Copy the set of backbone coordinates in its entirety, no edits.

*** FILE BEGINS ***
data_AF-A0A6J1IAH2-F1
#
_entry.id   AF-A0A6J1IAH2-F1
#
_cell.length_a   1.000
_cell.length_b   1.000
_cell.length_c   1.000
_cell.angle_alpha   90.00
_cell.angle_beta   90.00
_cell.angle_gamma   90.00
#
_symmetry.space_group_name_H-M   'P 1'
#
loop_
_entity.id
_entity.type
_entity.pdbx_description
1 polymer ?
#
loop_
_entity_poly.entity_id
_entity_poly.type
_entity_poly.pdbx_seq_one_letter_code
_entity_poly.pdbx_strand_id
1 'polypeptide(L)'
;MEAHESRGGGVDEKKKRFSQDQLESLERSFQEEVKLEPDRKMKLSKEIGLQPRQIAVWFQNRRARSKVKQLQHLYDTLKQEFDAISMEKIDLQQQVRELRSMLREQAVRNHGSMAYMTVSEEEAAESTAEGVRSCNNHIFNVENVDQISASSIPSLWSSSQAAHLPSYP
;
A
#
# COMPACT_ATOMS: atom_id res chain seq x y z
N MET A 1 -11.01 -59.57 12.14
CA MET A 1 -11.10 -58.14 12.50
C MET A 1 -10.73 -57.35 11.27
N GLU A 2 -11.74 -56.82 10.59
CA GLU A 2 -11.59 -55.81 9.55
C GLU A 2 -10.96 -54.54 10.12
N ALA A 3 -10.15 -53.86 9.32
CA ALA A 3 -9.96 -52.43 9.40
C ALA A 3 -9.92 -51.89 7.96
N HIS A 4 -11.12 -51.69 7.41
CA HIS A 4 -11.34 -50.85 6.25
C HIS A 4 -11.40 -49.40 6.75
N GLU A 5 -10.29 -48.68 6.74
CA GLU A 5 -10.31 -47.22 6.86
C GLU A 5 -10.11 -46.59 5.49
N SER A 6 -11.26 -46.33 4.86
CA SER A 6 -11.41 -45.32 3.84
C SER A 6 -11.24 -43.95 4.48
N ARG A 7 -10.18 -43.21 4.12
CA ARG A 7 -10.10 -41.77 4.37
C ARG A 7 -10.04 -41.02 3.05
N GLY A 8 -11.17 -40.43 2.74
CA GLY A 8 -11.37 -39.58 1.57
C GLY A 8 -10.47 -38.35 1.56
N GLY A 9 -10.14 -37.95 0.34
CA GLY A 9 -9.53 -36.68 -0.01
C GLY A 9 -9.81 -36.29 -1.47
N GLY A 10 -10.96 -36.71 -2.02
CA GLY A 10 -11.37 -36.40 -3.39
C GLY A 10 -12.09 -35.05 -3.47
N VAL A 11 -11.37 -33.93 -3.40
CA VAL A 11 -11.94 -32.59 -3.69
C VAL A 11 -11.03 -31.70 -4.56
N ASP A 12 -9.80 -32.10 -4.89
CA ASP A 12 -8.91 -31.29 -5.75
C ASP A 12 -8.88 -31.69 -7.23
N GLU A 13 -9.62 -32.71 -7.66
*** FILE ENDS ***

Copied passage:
data_AF-A0A6J1IAH2-F1
#
_entry.id   AF-A0A6J1IAH2-F1
#
_cell.length_a   1.000
_cell.length_b   1.000
_cell.length_c   1.000
_cell.angle_alpha   90.00
_cell.angle_beta   90.00
_cell.angle_gamma   90.00
#
_symmetry.space_group_name_H-M   'P 1'
#
loop_
_entity.id
_entity.type
_entity.pdbx_description
1 polymer ?
#
loop_
_entity_poly.entity_id
_entity_poly.type
_entity_poly.pdbx_seq_one_letter_code
_entity_poly.pdbx_strand_id
1 'polypeptide(L)'
;MEAHESRGGGVDEKKKRFSQDQLESLERSFQEEVKLEPDRKMKLSKEIGLQPRQIAVWFQNRRARSKVKQLQHLYDTLKQEFDAISMEKIDLQQQVRELRSMLREQAVRNHGSMAYMTVSEEEAAESTAEGVRSCNNHIFNVENVDQISASSIPSLWSSSQAAHLPSYP
;
A
#
# COMPACT_ATOMS: atom_id res chain seq x y z
N MET A 1 -11.01 -59.57 12.14
CA MET A 1 -11.10 -58.14 12.50
C MET A 1 -10.73 -57.35 11.27
N GLU A 2 -11.74 -56.82 10.59
CA GLU A 2 -11.59 -55.81 9.55
C GLU A 2 -10.96 -54.54 10.12
N ALA A 3 -10.15 -53.86 9.32
CA ALA A 3 -9.96 -52.43 9.40
C ALA A 3 -9.92 -51.89 7.96
N HIS A 4 -11.12 -51.69 7.41
CA HIS A 4 -11.34 -50.85 6.25
C HIS A 4 -11.40 -49.40 6.75
N GLU A 5 -10.29 -48.68 6.74
CA GLU A 5 -10.31 -47.22 6.86
C GLU A 5 -10.11 -46.59 5.49
N SER A 6 -11.26 -46.33 4.86
CA SER A 6 -11.41 -45.32 3.84
C SER A 6 -11.24 -43.95 4.48
N ARG A 7 -10.18 -43.21 4.12
CA ARG A 7 -10.10 -41.77 4.37
C ARG A 7 -10.04 -41.02 3.05
N GLY A 8 -11.17 -40.43 2.74
CA GLY A 8 -11.37 -39.58 1.57
C GLY A 8 -10.47 -38.35 1.56
N GLY A 9 -10.14 -37.95 0.34
CA GLY A 9 -9.53 -36.68 -0.01
C GLY A 9 -9.81 -36.29 -1.47
N GLY A 10 -10.96 -36.71 -2.02
CA GLY A 10 -11.37 -36.40 -3.39
C GLY A 10 -12.09 -35.05 -3.47
N VAL A 11 -11.37 -33.93 -3.40
CA VAL A 11 -11.94 -32.59 -3.69
C VAL A 11 -11.03 -31.70 -4.56
N ASP A 12 -9.80 -32.10 -4.89
CA ASP A 12 -8.91 -31.29 -5.75
C ASP A 12 -8.88 -31.69 -7.23
N GLU A 13 -9.62 -32.71 -7.66